By taking inspiration from the commemorative handkerchiefs of Napoleon’s exploits, but also instructional handkerchiefs worn by soldiers during WWI, Robert Dumas brought life to one of the most iconic pieces in the history of fashion. By adding the aesthetics of the equestrian universe, always near and dear to Hermès, he was able to make his scarf out of the same material as that of the jerseys worn by jockeys – silk twill. By opting for a square – a form that would be transmitted from father to son – Robert Dumas designed the first carré scarf in history. Entitled “Jeu des Omnibus et Dames Blanches”, the piece took inspiration from a particular theme of the day: the public transportation network that was just beginning to emerge in Paris. Hermès’ strength is evident as Robert Dumas added a touch of humor, with the inscription “A good player never gets angry”.
The lightness of the carré scarf breaks with the austerity of the era. Its Bohemian fantasy instantly attracted a wide and enthusiastic clientele. This would become the very signature of Hermès – the themes that appear on the scarves are varied, from the equestrian world to homages to French history, love, travel, and the brand’s eternal codes. But the scarf’s success resides first and foremost in the exceptional savoir-faire necessary to create it. In Lyon, cradle of the French silk industry, the very same actions used to make the first carré scarf in 1937 are reproduced today. These techniques have been preciously transmitted from one generation to the next by the brand’s artisans, who define themselves as “passers”. Certain techniques are one of a kind and exclusively used by Hermès, such as ‘sabrage’, to which only three people know the secret. It takes about two years between the initial conception of the design and the finalization of the scarf with its last French topstitch. On average, close to 27 colors are represented on one carré scarf, a true feat of artisanal work. Narrative and figurative, the carré scarf becomes a carousel of color once tied on.
Today, with close to 2,000 designs, the carré scarf is an invaluable witness to artistic evolutions over the years. Jackson Pollock, Daniel Buren… numerous are those to have brought their imagination to the carré scarf. The most famous design is one imagined by Hugo Grykar, “Brides de Gala”. Far from fading into its own timelessness, the carré scarf is now available in new formats and materials. Each year, in addition to new designs, five old designs are rereleased in different colors as limited editions. This year, for the brand’s 180th anniversary, the carré scarf is paying homage to imperial Russia, which played a major role in the history of French saddlemaking.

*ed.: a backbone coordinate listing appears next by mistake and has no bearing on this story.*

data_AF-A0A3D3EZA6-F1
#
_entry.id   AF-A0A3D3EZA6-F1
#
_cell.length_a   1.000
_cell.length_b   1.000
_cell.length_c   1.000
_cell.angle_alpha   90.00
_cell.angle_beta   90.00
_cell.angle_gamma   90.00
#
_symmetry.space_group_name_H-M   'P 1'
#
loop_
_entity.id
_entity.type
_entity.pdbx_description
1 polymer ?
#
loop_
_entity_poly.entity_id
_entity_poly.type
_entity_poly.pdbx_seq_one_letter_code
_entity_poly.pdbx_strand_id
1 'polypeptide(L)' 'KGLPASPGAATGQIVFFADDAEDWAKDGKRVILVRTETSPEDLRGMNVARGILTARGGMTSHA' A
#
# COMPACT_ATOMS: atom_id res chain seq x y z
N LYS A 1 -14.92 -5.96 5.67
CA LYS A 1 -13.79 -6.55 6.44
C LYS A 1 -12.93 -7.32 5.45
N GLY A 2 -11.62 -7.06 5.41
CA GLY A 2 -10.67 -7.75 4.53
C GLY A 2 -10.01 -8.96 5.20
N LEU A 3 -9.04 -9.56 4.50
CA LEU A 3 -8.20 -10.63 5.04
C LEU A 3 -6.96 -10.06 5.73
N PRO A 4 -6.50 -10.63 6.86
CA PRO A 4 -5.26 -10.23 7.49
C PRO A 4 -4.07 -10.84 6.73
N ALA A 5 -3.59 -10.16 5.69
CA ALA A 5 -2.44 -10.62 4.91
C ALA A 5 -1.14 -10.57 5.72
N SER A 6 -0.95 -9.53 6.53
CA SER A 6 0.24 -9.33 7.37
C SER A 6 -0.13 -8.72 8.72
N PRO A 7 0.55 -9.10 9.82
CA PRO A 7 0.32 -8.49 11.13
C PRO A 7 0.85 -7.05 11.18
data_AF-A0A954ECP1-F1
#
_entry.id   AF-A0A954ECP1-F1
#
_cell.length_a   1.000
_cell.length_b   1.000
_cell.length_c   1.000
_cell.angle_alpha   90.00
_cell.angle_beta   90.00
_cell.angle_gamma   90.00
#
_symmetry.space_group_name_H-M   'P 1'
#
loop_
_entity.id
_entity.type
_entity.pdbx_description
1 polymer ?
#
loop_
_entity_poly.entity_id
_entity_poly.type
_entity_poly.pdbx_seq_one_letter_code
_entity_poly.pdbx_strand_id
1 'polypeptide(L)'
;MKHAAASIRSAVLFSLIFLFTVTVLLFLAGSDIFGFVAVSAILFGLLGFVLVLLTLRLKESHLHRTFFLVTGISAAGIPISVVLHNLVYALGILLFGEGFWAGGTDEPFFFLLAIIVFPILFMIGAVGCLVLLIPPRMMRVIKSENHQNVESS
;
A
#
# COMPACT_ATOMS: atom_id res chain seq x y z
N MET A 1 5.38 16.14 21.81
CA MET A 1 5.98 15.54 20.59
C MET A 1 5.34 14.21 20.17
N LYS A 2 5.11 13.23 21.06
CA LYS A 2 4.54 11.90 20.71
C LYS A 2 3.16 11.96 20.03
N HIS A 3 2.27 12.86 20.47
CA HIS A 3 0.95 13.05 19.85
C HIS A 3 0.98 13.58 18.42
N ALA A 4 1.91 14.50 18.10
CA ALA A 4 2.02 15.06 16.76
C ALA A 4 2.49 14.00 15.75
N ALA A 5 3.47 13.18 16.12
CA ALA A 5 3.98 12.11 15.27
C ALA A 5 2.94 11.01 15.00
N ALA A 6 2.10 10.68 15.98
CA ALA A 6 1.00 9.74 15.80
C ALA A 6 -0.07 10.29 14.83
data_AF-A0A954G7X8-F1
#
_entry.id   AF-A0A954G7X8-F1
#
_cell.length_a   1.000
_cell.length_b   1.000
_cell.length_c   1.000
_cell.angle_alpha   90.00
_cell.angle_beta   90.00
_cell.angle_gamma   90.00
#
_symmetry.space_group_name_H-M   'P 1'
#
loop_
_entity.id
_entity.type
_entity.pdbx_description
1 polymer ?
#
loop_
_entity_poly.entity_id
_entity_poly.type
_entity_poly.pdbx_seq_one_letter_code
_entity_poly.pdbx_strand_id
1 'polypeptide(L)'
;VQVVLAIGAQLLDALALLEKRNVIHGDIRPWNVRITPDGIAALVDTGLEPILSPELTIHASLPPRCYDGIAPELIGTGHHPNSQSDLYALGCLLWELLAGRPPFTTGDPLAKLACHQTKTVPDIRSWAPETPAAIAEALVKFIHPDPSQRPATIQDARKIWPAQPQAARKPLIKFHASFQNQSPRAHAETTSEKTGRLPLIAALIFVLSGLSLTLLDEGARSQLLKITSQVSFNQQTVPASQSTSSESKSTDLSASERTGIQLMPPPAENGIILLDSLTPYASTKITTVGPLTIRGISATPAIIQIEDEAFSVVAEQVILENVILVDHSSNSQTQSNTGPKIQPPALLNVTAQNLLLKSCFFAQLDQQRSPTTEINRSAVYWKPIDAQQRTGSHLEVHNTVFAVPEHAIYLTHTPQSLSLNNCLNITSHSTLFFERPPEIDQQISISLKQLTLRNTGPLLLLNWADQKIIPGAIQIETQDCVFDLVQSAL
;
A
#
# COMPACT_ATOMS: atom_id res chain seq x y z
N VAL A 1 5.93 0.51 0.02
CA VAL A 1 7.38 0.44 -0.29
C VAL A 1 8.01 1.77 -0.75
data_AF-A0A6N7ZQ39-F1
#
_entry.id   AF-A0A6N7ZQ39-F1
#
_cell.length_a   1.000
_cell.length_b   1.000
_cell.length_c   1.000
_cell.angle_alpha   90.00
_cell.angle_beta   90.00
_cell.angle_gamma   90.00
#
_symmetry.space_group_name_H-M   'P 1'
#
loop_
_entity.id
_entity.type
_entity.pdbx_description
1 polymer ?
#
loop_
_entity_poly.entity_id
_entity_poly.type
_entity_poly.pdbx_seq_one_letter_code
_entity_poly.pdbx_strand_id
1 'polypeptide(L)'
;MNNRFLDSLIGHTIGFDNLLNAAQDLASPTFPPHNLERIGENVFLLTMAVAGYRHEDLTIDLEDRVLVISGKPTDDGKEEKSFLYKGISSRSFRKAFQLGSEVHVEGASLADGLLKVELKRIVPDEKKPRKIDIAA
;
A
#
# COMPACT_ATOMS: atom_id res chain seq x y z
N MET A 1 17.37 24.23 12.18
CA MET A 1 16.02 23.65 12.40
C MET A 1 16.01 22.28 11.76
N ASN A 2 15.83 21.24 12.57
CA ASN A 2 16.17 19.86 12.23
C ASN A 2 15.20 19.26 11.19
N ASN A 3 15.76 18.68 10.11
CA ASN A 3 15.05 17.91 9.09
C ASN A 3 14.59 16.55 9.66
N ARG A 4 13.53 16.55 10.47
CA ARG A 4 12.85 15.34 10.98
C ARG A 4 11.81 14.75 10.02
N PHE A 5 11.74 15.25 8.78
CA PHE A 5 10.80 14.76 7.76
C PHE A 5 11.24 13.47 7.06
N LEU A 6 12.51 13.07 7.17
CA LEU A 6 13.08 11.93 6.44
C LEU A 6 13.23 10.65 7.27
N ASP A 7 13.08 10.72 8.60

A royal adornment in the hair of Queen Elizabeth II, a ready-to-wear piece for Jean-Paul Gaultier, a moving souvenir of France for a traveler, a bearer of heritage for some, illuminating for others, from generation to generation the Hermès carré scarf has left its mark on many and attracted a variety of fans, like a modern-day hero. Pierre-Alexis Dumas sums up the audacity of those who began this saga: “They didn’t know it was impossible, so they did it.”
The Hermès Carrè: Key dates
1957 : Hermès creates the legendary “Brides de Gala” carrè, by Hugo Grygkar.
1957 : Sophia Loren wears the “Brides de Gala” Carrè.
1986 : Queen Elizabeth II of England is a great enthusiast of the Carrè. In many occasion has been portrayed while wearing the Hermès scarf. This time it is the turn of an official photo shooting for a stamp celebrating her 60th birthday.
1995 : Luciano Pavarotti is portrayed while wearing an Hermès Carrè during a show in Modena when talking to Lady D.
2010 : The Hermès Carrè is protagonist during the great exhibition dedicated to Grace Kelly at the Victoria and Albert museum in London.
2010 : Hermès and the artist Daniel Buren launch the project “Photo souvenirs au carrè” at the Monnaie in Paris. For the occasion Hermès will disclose the collection “Photo souvenirs au carrè” signed by Buren: a 365 limited-edition line of scarves decorated with silk-printed photographs resembling film “frames”.
2011 : Hermès launches a capsule collection of Carrè in collaboration with the street artist Kongo.
2012 : Hermès presents a limited edition sold for charity.
2013 : Hermès launches a project for a special edition with the Institut Imagine.
2014 : It’s time for the short movie dedicated to the Carrè signed by the visual artist Olivia Bee.
2014 : Hermès gives life to the event “Silk ballet”, a ballet show with Carrè scarves and visual effects at Rome’s Opera Theatre.
2016 : A special edition of Carrè is created together with the artist Rei Kawakubo.
2018 : Hermès launches a special project for a limited edition of Carrè together with the artist Hiroshi Sugimoto.